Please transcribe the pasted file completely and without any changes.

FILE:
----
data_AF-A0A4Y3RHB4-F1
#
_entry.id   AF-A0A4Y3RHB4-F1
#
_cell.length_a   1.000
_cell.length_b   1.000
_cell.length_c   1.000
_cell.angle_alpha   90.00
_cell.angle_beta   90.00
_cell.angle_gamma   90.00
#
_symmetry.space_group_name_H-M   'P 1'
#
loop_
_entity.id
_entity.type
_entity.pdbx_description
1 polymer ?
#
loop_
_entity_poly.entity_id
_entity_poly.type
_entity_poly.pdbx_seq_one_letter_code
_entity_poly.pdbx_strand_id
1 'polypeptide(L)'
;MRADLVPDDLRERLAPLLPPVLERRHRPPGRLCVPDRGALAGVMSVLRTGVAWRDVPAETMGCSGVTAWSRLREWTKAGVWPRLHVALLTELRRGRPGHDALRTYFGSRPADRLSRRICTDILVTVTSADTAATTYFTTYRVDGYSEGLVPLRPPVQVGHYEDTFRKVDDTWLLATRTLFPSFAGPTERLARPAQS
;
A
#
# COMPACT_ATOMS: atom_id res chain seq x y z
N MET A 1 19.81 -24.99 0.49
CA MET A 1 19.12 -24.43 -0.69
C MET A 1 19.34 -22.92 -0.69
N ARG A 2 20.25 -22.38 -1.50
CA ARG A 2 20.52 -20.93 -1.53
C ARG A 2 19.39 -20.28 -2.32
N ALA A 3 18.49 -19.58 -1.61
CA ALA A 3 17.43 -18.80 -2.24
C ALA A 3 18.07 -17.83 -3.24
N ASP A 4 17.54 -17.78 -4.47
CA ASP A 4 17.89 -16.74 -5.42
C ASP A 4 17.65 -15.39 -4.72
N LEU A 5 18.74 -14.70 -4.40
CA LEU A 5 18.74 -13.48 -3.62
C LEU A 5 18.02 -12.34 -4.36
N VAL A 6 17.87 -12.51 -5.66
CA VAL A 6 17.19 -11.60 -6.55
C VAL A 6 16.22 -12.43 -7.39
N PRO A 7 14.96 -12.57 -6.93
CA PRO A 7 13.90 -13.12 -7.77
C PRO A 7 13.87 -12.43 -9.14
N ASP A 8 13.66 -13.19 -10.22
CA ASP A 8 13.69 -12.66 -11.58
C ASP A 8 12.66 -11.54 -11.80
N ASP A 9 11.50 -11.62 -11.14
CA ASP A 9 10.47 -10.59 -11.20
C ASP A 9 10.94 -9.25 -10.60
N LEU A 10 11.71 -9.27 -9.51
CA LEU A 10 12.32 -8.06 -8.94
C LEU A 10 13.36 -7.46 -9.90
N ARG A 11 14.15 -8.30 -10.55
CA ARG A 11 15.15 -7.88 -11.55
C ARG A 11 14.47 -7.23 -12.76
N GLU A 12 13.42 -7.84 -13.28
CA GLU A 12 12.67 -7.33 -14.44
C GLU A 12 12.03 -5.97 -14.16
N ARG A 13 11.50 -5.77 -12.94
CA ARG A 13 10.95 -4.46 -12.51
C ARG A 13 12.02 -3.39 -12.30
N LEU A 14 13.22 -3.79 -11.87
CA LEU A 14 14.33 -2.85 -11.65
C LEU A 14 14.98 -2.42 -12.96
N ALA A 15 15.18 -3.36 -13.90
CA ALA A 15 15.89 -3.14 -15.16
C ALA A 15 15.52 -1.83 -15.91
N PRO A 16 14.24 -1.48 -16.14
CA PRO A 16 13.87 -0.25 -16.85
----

data_AF-A0A4Y3RHB4-F1
#
_entry.id   AF-A0A4Y3RHB4-F1
#
_cell.length_a   1.000
_cell.length_b   1.000
_cell.length_c   1.000
_cell.angle_alpha   90.00
_cell.angle_beta   90.00
_cell.angle_gamma   90.00
#
_symmetry.space_group_name_H-M   'P 1'
#
loop_
_entity.id
_entity.type
_entity.pdbx_description
1 polymer ?
#
loop_
_entity_poly.entity_id
_entity_poly.type
_entity_poly.pdbx_seq_one_letter_code
_entity_poly.pdbx_strand_id
1 'polypeptide(L)'
;MRADLVPDDLRERLAPLLPPVLERRHRPPGRLCVPDRGALAGVMSVLRTGVAWRDVPAETMGCSGVTAWSRLREWTKAGVWPRLHVALLTELRRGRPGHDALRTYFGSRPADRLSRRICTDILVTVTSADTAATTYFTTYRVDGYSEGLVPLRPPVQVGHYEDTFRKVDDTWLLATRTLFPSFAGPTERLARPAQS
;
A
#
# COMPACT_ATOMS: atom_id res chain seq x y z
N MET A 1 19.81 -24.99 0.49
CA MET A 1 19.12 -24.43 -0.69
C MET A 1 19.34 -22.92 -0.69
N ARG A 2 20.25 -22.38 -1.50
CA ARG A 2 20.52 -20.93 -1.53
C ARG A 2 19.39 -20.28 -2.32
N ALA A 3 18.49 -19.58 -1.61
CA ALA A 3 17.43 -18.80 -2.24
C ALA A 3 18.07 -17.83 -3.24
N ASP A 4 17.54 -17.78 -4.47
CA ASP A 4 17.89 -16.74 -5.42
C ASP A 4 17.65 -15.39 -4.72
N LEU A 5 18.74 -14.70 -4.40
CA LEU A 5 18.74 -13.48 -3.62
C LEU A 5 18.02 -12.34 -4.36
N VAL A 6 17.87 -12.51 -5.66
CA VAL A 6 17.19 -11.60 -6.55
C VAL A 6 16.22 -12.43 -7.39
N PRO A 7 14.96 -12.57 -6.93
CA PRO A 7 13.90 -13.12 -7.77
C PRO A 7 13.87 -12.43 -9.14
N ASP A 8 13.66 -13.19 -10.22
CA ASP A 8 13.69 -12.66 -11.58
C ASP A 8 12.66 -11.54 -11.80
N ASP A 9 11.50 -11.62 -11.14
CA ASP A 9 10.47 -10.59 -11.20
C ASP A 9 10.94 -9.25 -10.60
N LEU A 10 11.71 -9.27 -9.51
CA LEU A 10 12.32 -8.06 -8.94
C LEU A 10 13.36 -7.46 -9.90
N ARG A 11 14.15 -8.30 -10.55
CA ARG A 11 15.15 -7.88 -11.55
C ARG A 11 14.47 -7.23 -12.76
N GLU A 12 13.42 -7.84 -13.28
CA GLU A 12 12.67 -7.33 -14.44
C GLU A 12 12.03 -5.97 -14.16
N ARG A 13 11.50 -5.77 -12.94
CA ARG A 13 10.95 -4.46 -12.51
C ARG A 13 12.02 -3.39 -12.30
N LEU A 14 13.22 -3.79 -11.87
CA LEU A 14 14.33 -2.85 -11.65
C LEU A 14 14.98 -2.42 -12.96
N ALA A 15 15.18 -3.36 -13.90
CA ALA A 15 15.89 -3.14 -15.16
C ALA A 15 15.52 -1.83 -15.91
N PRO A 16 14.24 -1.48 -16.14
CA PRO A 16 13.87 -0.25 -16.85